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New Media's Effect on Life as We Know It...

I think the New Media Reader (NMR) was talking to me about itself-- Well, at least the first two authors were talking to me about the NMR.

I do believe that I have never seen a textbook author refer to the textbook during an article. I actually had to stop reading and ponder over the perplexity of this matter. (Did you like my little alliteration?)

The most interesting quote that I took from the reading was on page 19. In talking about the new "ideological tropes" associated with new media, Lev claims that "it will contribute to 'the erosion of moral values'; it will destroy the 'natural relationship between humans and the world' by eliminating the distance 'between the observer and the observed.'" I have written in my margin: "Holy Poop".

Everything is Blog

First of all John Barger screams winning documentary short to me; someone in Chicago is looking at a Sundance slot for sure if they make it well. I'd certainly watch it; he's a fascinating person whose life seems a little off kilter, and as Dibbel has already demonstrated, he's a great jumping off point to examine not only blogging but the larger issue of how interaction with an enormous compendium of data and thus abstraction affect the human condition.

It took me a little bit of time to figure out why anyone really cared about the whole blogging phenomenon. In a world where subcultures full of rite and ritual rise and fade into obscurity every few months without most of the world ever knowing, it is impossible to avoid looking upon anything new and supposedly "important" in the internet world without something of a jaundiced eye. Blogs, sure, seem to be making waves, and we seem to all interact with them frequently. But even if Blogging in itself hasn't yet had the impact upon our society that something like television or the atom bomb has for whatever reason, it is nonetheless a point of solid ground from which to start exploring larger issues of human interaction in the age of the mature internet. That's kind of how I feel about it right now; maybe later I'll see the light and realize just how ridiculously important the rise of blogging is, but at this point I'm much more interested in the larger ideas/movements from which blogging stems, and of which it is a result.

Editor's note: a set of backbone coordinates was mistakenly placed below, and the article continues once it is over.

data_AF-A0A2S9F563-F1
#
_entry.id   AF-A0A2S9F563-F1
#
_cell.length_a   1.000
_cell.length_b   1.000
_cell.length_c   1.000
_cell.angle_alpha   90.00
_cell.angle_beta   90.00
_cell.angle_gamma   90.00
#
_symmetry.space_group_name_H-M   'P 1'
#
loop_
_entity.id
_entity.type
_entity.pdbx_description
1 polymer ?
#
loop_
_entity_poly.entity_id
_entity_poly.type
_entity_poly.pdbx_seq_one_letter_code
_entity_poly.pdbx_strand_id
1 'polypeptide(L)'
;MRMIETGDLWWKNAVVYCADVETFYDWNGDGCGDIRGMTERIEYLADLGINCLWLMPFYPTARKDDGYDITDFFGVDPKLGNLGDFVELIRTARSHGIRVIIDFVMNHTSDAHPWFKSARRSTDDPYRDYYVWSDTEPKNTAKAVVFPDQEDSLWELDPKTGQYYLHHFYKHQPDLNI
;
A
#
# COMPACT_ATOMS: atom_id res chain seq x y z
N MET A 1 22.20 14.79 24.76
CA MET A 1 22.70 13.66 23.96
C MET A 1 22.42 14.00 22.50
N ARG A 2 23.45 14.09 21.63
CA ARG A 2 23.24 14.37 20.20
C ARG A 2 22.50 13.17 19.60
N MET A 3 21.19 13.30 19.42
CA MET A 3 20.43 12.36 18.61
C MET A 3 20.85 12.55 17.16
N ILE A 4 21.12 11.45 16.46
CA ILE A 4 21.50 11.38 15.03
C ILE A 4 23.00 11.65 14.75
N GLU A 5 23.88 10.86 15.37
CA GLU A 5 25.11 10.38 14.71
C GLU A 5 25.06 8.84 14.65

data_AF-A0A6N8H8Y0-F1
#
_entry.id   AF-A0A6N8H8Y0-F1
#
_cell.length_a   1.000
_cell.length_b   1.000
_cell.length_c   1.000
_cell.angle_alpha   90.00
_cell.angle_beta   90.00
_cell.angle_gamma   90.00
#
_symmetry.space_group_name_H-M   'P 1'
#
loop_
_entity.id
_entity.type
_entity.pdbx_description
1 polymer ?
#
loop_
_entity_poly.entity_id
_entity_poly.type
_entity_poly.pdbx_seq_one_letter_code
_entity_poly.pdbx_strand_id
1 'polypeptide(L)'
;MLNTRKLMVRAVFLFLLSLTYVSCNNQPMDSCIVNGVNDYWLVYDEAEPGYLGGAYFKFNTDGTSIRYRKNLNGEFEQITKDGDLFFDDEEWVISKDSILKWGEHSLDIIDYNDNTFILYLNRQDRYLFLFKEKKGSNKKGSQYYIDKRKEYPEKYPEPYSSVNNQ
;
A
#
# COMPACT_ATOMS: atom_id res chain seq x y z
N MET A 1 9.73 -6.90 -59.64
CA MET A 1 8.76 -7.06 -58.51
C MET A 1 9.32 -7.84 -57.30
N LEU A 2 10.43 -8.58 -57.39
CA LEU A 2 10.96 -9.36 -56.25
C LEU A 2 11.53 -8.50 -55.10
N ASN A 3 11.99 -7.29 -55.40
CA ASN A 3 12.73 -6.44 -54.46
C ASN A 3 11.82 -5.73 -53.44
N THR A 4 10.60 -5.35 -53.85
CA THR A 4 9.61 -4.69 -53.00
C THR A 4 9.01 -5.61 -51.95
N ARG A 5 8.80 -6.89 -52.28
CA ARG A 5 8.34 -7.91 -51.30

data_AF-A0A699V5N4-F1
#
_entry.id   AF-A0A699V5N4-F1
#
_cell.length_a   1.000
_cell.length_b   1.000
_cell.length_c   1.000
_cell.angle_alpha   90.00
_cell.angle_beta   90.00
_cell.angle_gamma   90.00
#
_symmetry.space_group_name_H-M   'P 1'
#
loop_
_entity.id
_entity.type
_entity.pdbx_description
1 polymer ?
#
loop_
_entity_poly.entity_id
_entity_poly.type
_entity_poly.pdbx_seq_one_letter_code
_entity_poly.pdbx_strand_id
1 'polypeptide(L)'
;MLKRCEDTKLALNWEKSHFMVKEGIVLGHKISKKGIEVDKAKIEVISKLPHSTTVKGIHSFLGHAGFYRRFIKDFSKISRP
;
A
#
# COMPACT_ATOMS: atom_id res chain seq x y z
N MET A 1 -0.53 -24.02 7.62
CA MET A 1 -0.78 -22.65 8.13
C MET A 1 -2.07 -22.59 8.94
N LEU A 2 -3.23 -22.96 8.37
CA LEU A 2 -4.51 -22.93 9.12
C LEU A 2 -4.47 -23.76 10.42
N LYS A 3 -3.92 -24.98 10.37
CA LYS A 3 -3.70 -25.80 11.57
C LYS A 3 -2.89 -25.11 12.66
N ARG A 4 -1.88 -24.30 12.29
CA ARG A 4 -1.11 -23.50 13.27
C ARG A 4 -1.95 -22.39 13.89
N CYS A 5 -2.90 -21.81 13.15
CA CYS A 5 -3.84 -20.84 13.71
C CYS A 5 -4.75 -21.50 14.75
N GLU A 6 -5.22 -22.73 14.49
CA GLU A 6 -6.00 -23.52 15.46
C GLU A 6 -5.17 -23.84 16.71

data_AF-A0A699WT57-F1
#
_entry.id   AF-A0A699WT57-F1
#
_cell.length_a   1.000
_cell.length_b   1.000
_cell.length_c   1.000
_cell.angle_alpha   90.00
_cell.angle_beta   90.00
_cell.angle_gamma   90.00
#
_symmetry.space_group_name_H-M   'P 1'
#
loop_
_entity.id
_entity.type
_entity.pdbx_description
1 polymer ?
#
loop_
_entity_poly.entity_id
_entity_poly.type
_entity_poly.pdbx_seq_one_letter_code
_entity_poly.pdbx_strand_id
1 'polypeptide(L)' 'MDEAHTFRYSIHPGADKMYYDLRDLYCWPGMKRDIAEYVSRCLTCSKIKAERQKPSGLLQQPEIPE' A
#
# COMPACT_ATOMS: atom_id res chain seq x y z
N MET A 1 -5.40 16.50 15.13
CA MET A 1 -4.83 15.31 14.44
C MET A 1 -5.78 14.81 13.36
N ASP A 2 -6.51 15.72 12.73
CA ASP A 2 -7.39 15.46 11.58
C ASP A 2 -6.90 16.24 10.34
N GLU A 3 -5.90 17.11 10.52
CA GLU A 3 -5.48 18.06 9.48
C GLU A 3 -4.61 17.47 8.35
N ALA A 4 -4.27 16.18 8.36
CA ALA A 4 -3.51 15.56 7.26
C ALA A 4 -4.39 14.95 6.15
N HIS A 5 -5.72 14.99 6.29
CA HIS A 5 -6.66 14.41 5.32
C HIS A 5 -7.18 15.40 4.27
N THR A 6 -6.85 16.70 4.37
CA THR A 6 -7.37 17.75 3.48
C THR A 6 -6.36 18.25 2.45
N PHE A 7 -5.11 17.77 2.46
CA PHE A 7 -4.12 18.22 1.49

The World of Blogs and Blogging

First off, I have been completely unaware of how significant blogging can be for members in our society. After reading the two articles, especially "You've Got Blog," it occurred to me what a large role blogging plays in many lives. I further developed my understanding of this phenomenon as I read the passage that states, "Getting blogged by Kottke, or by Meg Hourihan or one of her colleagues at Pyra, is the blog equivalent of having your book featured on "Oprah": it generally means a substantial boost in traffic enough, perhaps, to earn the blog a mention on, which has functioned as a blog best-seller list." From this it became apparent to me that blogging is not only another technological advancement in our world of communication, but an outlet for everyday people to offer personal insight into particular concepts.

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